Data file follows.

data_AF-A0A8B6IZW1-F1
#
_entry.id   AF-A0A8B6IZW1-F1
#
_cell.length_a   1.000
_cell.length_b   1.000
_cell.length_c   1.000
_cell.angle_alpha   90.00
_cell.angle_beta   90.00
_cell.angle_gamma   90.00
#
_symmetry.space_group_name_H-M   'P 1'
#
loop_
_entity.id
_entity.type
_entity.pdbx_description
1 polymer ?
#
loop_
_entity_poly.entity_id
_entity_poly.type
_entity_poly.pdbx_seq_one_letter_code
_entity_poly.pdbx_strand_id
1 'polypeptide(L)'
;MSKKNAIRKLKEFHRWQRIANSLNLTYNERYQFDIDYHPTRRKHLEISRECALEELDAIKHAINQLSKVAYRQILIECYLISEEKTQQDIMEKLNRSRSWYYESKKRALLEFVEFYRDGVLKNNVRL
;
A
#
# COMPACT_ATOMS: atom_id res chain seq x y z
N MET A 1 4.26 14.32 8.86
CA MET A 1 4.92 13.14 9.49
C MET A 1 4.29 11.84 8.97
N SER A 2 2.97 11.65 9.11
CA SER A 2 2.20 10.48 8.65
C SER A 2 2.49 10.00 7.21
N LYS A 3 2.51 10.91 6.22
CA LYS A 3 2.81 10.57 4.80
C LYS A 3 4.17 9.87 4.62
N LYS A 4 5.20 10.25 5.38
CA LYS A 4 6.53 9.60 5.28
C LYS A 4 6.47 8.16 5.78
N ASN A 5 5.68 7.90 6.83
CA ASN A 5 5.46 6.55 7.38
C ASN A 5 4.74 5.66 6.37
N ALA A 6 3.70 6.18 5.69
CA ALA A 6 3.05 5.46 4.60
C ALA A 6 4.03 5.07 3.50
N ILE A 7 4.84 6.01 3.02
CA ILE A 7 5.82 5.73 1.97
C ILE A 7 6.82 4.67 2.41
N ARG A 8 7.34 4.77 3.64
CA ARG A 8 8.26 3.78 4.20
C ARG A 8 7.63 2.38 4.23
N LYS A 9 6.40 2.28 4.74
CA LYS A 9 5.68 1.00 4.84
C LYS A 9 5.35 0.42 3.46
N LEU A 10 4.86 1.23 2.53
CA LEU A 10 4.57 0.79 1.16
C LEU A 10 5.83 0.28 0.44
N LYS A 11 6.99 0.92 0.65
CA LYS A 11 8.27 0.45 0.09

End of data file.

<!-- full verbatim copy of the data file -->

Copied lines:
data_AF-A0A8B6IZW1-F1
#
_entry.id   AF-A0A8B6IZW1-F1
#
_cell.length_a   1.000
_cell.length_b   1.000
_cell.length_c   1.000
_cell.angle_alpha   90.00
_cell.angle_beta   90.00
_cell.angle_gamma   90.00
#
_symmetry.space_group_name_H-M   'P 1'
#
loop_
_entity.id
_entity.type
_entity.pdbx_description
1 polymer ?
#
loop_
_entity_poly.entity_id
_entity_poly.type
_entity_poly.pdbx_seq_one_letter_code
_entity_poly.pdbx_strand_id
1 'polypeptide(L)'
;MSKKNAIRKLKEFHRWQRIANSLNLTYNERYQFDIDYHPTRRKHLEISRECALEELDAIKHAINQLSKVAYRQILIECYLISEEKTQQDIMEKLNRSRSWYYESKKRALLEFVEFYRDGVLKNNVRL
;
A
#
# COMPACT_ATOMS: atom_id res chain seq x y z
N MET A 1 4.26 14.32 8.86
CA MET A 1 4.92 13.14 9.49
C MET A 1 4.29 11.84 8.97
N SER A 2 2.97 11.65 9.11
CA SER A 2 2.20 10.48 8.65
C SER A 2 2.49 10.00 7.21
N LYS A 3 2.51 10.91 6.22
CA LYS A 3 2.81 10.57 4.80
C LYS A 3 4.17 9.87 4.62
N LYS A 4 5.20 10.25 5.38
CA LYS A 4 6.53 9.60 5.28
C LYS A 4 6.47 8.16 5.78
N ASN A 5 5.68 7.90 6.83
CA ASN A 5 5.46 6.55 7.38
C ASN A 5 4.74 5.66 6.37
N ALA A 6 3.70 6.18 5.69
CA ALA A 6 3.05 5.46 4.60
C ALA A 6 4.03 5.07 3.50
N ILE A 7 4.84 6.01 3.02
CA ILE A 7 5.82 5.73 1.97
C ILE A 7 6.82 4.67 2.41
N ARG A 8 7.34 4.77 3.64
CA ARG A 8 8.26 3.78 4.20
C ARG A 8 7.63 2.38 4.23
N LYS A 9 6.40 2.28 4.74
CA LYS A 9 5.68 1.00 4.84
C LYS A 9 5.35 0.42 3.46
N LEU A 10 4.86 1.23 2.53
CA LEU A 10 4.57 0.79 1.16
C LEU A 10 5.83 0.28 0.44
N LYS A 11 6.99 0.92 0.65
CA LYS A 11 8.27 0.45 0.09